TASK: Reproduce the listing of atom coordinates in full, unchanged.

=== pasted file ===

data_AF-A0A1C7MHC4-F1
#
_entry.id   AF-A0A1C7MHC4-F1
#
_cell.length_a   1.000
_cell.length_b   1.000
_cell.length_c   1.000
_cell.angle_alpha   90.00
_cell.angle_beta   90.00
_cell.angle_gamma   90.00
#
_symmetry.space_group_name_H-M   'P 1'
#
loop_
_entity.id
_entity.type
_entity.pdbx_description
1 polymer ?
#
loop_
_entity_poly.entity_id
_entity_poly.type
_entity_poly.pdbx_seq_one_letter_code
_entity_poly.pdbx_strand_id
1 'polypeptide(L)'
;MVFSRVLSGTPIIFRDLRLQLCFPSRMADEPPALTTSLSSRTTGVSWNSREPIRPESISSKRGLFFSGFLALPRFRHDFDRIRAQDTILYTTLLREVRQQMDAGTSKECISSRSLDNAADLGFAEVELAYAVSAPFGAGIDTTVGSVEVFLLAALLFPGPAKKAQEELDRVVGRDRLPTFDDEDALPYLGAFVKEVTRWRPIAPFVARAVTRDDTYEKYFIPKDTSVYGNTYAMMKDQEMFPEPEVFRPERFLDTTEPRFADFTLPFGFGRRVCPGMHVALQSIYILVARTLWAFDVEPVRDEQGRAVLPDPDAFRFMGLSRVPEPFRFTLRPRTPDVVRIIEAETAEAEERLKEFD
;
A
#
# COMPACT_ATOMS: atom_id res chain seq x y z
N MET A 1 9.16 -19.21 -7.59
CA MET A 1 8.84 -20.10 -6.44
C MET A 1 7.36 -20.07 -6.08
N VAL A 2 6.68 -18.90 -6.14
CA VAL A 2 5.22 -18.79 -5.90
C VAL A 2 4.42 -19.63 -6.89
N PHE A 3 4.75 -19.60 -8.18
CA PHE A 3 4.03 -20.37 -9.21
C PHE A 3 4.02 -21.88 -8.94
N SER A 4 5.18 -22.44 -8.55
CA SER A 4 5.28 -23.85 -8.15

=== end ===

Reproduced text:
data_AF-A0A1C7MHC4-F1
#
_entry.id   AF-A0A1C7MHC4-F1
#
_cell.length_a   1.000
_cell.length_b   1.000
_cell.length_c   1.000
_cell.angle_alpha   90.00
_cell.angle_beta   90.00
_cell.angle_gamma   90.00
#
_symmetry.space_group_name_H-M   'P 1'
#
loop_
_entity.id
_entity.type
_entity.pdbx_description
1 polymer ?
#
loop_
_entity_poly.entity_id
_entity_poly.type
_entity_poly.pdbx_seq_one_letter_code
_entity_poly.pdbx_strand_id
1 'polypeptide(L)'
;MVFSRVLSGTPIIFRDLRLQLCFPSRMADEPPALTTSLSSRTTGVSWNSREPIRPESISSKRGLFFSGFLALPRFRHDFDRIRAQDTILYTTLLREVRQQMDAGTSKECISSRSLDNAADLGFAEVELAYAVSAPFGAGIDTTVGSVEVFLLAALLFPGPAKKAQEELDRVVGRDRLPTFDDEDALPYLGAFVKEVTRWRPIAPFVARAVTRDDTYEKYFIPKDTSVYGNTYAMMKDQEMFPEPEVFRPERFLDTTEPRFADFTLPFGFGRRVCPGMHVALQSIYILVARTLWAFDVEPVRDEQGRAVLPDPDAFRFMGLSRVPEPFRFTLRPRTPDVVRIIEAETAEAEERLKEFD
;
A
#
# COMPACT_ATOMS: atom_id res chain seq x y z
N MET A 1 9.16 -19.21 -7.59
CA MET A 1 8.84 -20.10 -6.44
C MET A 1 7.36 -20.07 -6.08
N VAL A 2 6.68 -18.90 -6.14
CA VAL A 2 5.22 -18.79 -5.90
C VAL A 2 4.42 -19.63 -6.89
N PHE A 3 4.75 -19.60 -8.18
CA PHE A 3 4.03 -20.37 -9.21
C PHE A 3 4.02 -21.88 -8.94
N SER A 4 5.18 -22.44 -8.55
CA SER A 4 5.28 -23.85 -8.15